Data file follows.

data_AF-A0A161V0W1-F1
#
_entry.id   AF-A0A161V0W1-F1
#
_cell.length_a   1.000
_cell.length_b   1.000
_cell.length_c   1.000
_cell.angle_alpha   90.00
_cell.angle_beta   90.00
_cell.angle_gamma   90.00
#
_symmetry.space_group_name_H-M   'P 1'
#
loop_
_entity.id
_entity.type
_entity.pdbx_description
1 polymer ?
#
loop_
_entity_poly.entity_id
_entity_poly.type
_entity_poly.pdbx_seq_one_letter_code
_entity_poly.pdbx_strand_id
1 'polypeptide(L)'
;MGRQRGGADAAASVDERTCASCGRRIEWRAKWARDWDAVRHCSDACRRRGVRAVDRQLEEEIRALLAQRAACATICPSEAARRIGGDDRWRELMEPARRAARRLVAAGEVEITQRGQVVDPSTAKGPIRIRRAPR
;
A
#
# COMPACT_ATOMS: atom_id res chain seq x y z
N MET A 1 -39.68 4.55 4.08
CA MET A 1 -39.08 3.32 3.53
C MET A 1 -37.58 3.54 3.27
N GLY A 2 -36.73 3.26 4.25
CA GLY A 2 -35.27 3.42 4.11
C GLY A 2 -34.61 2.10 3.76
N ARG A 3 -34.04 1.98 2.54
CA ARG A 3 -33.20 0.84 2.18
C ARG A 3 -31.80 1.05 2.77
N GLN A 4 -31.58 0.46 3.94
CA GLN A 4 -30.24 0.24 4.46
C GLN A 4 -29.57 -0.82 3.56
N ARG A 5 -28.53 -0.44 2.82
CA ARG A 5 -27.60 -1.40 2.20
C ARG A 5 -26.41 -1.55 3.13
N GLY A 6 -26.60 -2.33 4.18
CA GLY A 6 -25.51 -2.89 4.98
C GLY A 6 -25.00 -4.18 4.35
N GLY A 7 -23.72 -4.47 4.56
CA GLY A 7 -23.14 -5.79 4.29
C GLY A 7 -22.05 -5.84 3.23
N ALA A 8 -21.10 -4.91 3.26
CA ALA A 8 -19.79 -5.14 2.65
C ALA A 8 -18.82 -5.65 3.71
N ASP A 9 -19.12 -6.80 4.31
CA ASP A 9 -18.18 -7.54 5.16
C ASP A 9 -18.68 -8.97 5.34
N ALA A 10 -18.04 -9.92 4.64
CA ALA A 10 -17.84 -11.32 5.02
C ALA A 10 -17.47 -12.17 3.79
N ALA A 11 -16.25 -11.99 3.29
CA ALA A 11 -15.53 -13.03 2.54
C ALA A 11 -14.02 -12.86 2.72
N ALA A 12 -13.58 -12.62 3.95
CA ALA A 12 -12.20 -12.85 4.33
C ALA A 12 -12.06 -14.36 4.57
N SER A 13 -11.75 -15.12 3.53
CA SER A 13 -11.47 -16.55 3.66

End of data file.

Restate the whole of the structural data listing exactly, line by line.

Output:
data_AF-A0A161V0W1-F1
#
_entry.id   AF-A0A161V0W1-F1
#
_cell.length_a   1.000
_cell.length_b   1.000
_cell.length_c   1.000
_cell.angle_alpha   90.00
_cell.angle_beta   90.00
_cell.angle_gamma   90.00
#
_symmetry.space_group_name_H-M   'P 1'
#
loop_
_entity.id
_entity.type
_entity.pdbx_description
1 polymer ?
#
loop_
_entity_poly.entity_id
_entity_poly.type
_entity_poly.pdbx_seq_one_letter_code
_entity_poly.pdbx_strand_id
1 'polypeptide(L)'
;MGRQRGGADAAASVDERTCASCGRRIEWRAKWARDWDAVRHCSDACRRRGVRAVDRQLEEEIRALLAQRAACATICPSEAARRIGGDDRWRELMEPARRAARRLVAAGEVEITQRGQVVDPSTAKGPIRIRRAPR
;
A
#
# COMPACT_ATOMS: atom_id res chain seq x y z
N MET A 1 -39.68 4.55 4.08
CA MET A 1 -39.08 3.32 3.53
C MET A 1 -37.58 3.54 3.27
N GLY A 2 -36.73 3.26 4.25
CA GLY A 2 -35.27 3.42 4.11
C GLY A 2 -34.61 2.10 3.76
N ARG A 3 -34.04 1.98 2.54
CA ARG A 3 -33.20 0.84 2.18
C ARG A 3 -31.80 1.05 2.77
N GLN A 4 -31.58 0.46 3.94
CA GLN A 4 -30.24 0.24 4.46
C GLN A 4 -29.57 -0.82 3.56
N ARG A 5 -28.53 -0.44 2.82
CA ARG A 5 -27.60 -1.40 2.20
C ARG A 5 -26.41 -1.55 3.13
N GLY A 6 -26.60 -2.33 4.18
CA GLY A 6 -25.51 -2.89 4.98
C GLY A 6 -25.00 -4.18 4.35
N GLY A 7 -23.72 -4.47 4.56
CA GLY A 7 -23.14 -5.79 4.29
C GLY A 7 -22.05 -5.84 3.23
N ALA A 8 -21.10 -4.91 3.26
CA ALA A 8 -19.79 -5.14 2.65
C ALA A 8 -18.82 -5.65 3.71
N ASP A 9 -19.12 -6.80 4.31
CA ASP A 9 -18.18 -7.54 5.16
C ASP A 9 -18.68 -8.97 5.34
N ALA A 10 -18.04 -9.92 4.64
CA ALA A 10 -17.84 -11.32 5.02
C ALA A 10 -17.47 -12.17 3.79
N ALA A 11 -16.25 -11.99 3.29
CA ALA A 11 -15.53 -13.03 2.54
C ALA A 11 -14.02 -12.86 2.72
N ALA A 12 -13.58 -12.62 3.95
CA ALA A 12 -12.20 -12.85 4.33
C ALA A 12 -12.06 -14.36 4.57
N SER A 13 -11.75 -15.12 3.53
CA SER A 13 -11.47 -16.55 3.66